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Trade and Development Report 2005

New Features of Global Interdependence

image of Trade and Development Report 2005

The world economy is still expanding, but there are serious risks of a setback. Several populous Asian countries, in particular China and India, have emerged as new engines of economic growth. Thanks to their vigorous expansion and their appetite for natural resources, many of their developing-country trade partners have reaped windfall profits from rising commodity prices and from surging demand for intermediate products. Some dark clouds are looming over this rather rosy horizon. Oil prices are historically high and place a huge burden on many developing countries. And there has been no multilateral action that might gently defuse global current-account imbalances. The Trade and Development Report recommends that international initiatives to alleviate poverty and reach the MDGs should not ignore the importance of a smooth unwinding of global economic imbalances that will allow the Asian Miracle to continue, along with its positive repercussions for other less wealthy countries.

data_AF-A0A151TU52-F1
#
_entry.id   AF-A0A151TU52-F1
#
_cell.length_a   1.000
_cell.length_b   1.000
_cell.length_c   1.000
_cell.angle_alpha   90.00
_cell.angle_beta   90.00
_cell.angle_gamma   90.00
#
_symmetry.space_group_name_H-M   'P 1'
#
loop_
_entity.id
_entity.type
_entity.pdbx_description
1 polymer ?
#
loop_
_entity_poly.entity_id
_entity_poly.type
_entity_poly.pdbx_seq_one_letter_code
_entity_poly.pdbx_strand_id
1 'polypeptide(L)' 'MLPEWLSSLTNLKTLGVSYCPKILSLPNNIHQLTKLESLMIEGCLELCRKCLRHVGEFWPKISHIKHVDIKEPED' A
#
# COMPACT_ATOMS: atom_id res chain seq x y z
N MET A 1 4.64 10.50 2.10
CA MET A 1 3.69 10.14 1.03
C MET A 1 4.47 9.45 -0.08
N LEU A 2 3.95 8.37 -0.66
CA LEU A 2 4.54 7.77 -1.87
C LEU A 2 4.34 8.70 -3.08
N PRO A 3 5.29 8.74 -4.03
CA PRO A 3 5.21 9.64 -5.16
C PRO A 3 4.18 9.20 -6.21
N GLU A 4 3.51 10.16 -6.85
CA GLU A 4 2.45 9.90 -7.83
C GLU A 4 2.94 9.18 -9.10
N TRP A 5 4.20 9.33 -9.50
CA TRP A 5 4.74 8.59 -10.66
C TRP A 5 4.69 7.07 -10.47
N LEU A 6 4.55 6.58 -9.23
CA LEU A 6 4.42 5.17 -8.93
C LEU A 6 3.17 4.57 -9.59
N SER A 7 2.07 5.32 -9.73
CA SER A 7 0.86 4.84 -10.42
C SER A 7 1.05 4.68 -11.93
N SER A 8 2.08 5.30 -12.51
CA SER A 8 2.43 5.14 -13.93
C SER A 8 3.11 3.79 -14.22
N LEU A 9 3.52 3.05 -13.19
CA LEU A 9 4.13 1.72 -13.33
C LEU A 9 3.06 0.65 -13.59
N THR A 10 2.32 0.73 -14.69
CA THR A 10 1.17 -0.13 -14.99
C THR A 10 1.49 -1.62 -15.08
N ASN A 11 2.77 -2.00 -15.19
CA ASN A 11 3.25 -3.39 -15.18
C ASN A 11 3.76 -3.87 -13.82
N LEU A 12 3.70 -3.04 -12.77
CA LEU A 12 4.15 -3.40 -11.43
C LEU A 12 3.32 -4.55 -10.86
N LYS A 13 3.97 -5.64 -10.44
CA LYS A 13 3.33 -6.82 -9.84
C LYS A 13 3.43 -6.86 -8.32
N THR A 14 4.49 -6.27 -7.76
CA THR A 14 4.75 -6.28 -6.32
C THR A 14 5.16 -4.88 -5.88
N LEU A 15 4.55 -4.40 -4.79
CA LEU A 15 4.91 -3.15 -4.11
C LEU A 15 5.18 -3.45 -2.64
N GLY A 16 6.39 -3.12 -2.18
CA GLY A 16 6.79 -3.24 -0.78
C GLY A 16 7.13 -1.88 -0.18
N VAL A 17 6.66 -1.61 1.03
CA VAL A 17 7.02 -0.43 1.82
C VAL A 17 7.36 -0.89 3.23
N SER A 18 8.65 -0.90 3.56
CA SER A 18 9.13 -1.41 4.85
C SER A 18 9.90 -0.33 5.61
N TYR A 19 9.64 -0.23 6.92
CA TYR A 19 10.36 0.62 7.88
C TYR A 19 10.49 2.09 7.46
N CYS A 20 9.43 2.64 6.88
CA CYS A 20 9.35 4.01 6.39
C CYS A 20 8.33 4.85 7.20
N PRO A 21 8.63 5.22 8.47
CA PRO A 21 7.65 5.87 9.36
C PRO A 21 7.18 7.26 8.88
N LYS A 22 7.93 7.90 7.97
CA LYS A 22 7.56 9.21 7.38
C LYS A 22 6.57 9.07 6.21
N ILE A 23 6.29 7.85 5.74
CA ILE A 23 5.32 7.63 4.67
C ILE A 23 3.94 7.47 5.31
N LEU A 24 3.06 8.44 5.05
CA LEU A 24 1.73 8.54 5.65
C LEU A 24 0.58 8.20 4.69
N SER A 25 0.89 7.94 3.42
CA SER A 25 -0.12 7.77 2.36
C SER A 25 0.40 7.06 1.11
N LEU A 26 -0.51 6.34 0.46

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Towards a new form of global interdependence

In the past, developing-country trade relied mainly on primary commodity exports to developed countries in exchange for imports of manufactures. The comparatively small proportion of developing- country manufactured exports tended to be in resource- and labour-intensive products.

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